Brownsville Bred

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Photo Source: Ron Marotta

In her new one-woman show "Brownsville Bred," Elaine Del Valle is so ebullient that not until afterward does one realize the darkness of her story. In retrospect, the terrifying and dangerous situations in which she found herself while growing up in the Brownsville neighborhood of Brooklyn (where almost every adult man has been arrested at some point in his life, according to a projection that begins the show) seem almost numbing in their relentlessness. Even winning tickets to a Run-DMC concert ends with Del Valle being beaten during a gang initiation.

Del Valle, however, isn't interested in writing and performing from a victim's point of view. Her stories of growing up Puerto Rican in a predominantly African-American neighborhood all have a tinge of yearning for the old, pre-gentrification, rough-and-tumble New York City. Her description of how they could always tell when one of their neighbors started using crack cocaine is both hilarious and oddly nostalgic.

Director Pamela Moller Kareman keeps the pace unflagging, and she and Del Valle cleverly cross the chasms between the painful end of one story—a trip to Jones Beach ends with a young Del Valle being inappropriately fondled by an older man—and the buoyant beginning of another. Scenic designer Jason Bolen's set is a clever combination of clutter and junk and soothing poppy colors, perfectly capturing the gritty but sunny remembrances of Del Valle's play.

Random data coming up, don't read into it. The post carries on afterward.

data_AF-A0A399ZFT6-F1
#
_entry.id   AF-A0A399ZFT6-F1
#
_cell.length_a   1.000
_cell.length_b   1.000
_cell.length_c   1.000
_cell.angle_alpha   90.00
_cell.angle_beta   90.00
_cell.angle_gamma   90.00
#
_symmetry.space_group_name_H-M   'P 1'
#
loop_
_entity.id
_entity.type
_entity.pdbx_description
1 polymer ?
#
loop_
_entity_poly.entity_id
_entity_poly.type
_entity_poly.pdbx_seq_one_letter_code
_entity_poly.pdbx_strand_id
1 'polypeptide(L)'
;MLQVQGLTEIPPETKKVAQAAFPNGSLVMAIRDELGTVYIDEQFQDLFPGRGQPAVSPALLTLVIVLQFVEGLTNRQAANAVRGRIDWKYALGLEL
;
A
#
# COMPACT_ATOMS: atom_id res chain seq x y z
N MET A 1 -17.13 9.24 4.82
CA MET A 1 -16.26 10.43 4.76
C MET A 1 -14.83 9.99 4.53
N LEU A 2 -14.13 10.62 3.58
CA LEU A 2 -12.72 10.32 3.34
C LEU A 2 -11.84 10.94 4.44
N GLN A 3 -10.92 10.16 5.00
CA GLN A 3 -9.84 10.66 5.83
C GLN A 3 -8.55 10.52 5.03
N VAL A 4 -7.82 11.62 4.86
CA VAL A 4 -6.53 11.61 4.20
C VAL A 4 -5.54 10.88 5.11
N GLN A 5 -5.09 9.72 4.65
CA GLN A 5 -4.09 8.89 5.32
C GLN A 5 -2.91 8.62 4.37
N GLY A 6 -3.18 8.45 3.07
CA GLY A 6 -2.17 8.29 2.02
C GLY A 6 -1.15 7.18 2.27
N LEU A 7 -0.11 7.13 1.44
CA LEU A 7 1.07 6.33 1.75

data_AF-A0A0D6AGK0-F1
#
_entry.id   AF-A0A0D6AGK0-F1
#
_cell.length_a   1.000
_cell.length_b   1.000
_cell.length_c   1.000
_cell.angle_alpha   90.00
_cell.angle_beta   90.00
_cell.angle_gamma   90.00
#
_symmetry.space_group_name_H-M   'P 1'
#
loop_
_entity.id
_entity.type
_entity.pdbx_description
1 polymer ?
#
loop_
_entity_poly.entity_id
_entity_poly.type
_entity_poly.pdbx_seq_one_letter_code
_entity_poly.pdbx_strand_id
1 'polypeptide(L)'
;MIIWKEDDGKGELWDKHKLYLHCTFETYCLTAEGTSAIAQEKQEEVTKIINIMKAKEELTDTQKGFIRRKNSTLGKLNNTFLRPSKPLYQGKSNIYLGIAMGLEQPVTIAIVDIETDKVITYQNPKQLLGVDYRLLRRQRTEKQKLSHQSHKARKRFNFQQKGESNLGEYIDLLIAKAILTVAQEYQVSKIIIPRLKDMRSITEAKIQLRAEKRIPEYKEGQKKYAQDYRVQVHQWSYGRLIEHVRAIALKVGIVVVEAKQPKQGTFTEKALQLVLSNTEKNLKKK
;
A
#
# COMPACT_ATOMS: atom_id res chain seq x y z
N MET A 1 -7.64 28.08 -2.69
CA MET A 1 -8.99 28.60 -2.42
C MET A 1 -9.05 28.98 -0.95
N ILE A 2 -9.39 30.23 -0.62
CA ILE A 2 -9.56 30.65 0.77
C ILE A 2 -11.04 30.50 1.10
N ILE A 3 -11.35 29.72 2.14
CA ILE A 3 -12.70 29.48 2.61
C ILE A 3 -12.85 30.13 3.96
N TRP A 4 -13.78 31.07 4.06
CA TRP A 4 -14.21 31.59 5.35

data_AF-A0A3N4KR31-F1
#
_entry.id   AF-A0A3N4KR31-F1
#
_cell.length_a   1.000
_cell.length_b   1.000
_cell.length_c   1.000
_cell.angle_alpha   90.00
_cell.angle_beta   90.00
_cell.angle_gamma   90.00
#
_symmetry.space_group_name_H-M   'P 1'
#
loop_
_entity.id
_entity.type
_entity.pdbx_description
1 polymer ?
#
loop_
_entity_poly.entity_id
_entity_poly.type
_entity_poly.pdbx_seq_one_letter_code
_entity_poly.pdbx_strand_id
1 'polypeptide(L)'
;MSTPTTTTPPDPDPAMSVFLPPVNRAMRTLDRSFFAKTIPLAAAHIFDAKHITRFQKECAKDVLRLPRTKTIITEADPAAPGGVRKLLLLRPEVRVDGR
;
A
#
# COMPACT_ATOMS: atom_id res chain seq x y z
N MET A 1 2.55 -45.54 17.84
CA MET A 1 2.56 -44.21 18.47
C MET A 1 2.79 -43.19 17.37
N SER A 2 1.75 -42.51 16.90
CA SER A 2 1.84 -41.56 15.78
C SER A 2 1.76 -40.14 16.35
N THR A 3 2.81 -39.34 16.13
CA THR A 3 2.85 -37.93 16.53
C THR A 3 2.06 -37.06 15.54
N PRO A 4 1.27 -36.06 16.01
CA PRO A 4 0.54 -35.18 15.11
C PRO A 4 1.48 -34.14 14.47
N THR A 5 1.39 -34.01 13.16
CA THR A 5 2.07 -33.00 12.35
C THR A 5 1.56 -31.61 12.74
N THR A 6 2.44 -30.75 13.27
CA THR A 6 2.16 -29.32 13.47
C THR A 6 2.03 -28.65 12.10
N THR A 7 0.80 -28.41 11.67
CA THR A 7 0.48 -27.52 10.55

Del Valle is a whirlwind of talent, conveying her various ages imperceptibly but clearly and taking on other characters without the usual showiness of one-person plays. "Brownsville Bred," in the hands of these two talented women, becomes more than another memoir of growing up in less-than-ideal circumstances. Del Valle's show is an attractively modest tribute to looking on the bright side and refusing to settle for less.

Presented by Pamela Moller Kareman, the Schoolhouse Theater, and Theater 808 at 59E59 Theaters, 59 E. 59th St., NYC. July 17–31. Tue.–Thu., 7:15 p.m.; Fri. and Sat., 8:15 p.m.; Sun., 3:15 p.m. (212) 279-4200 or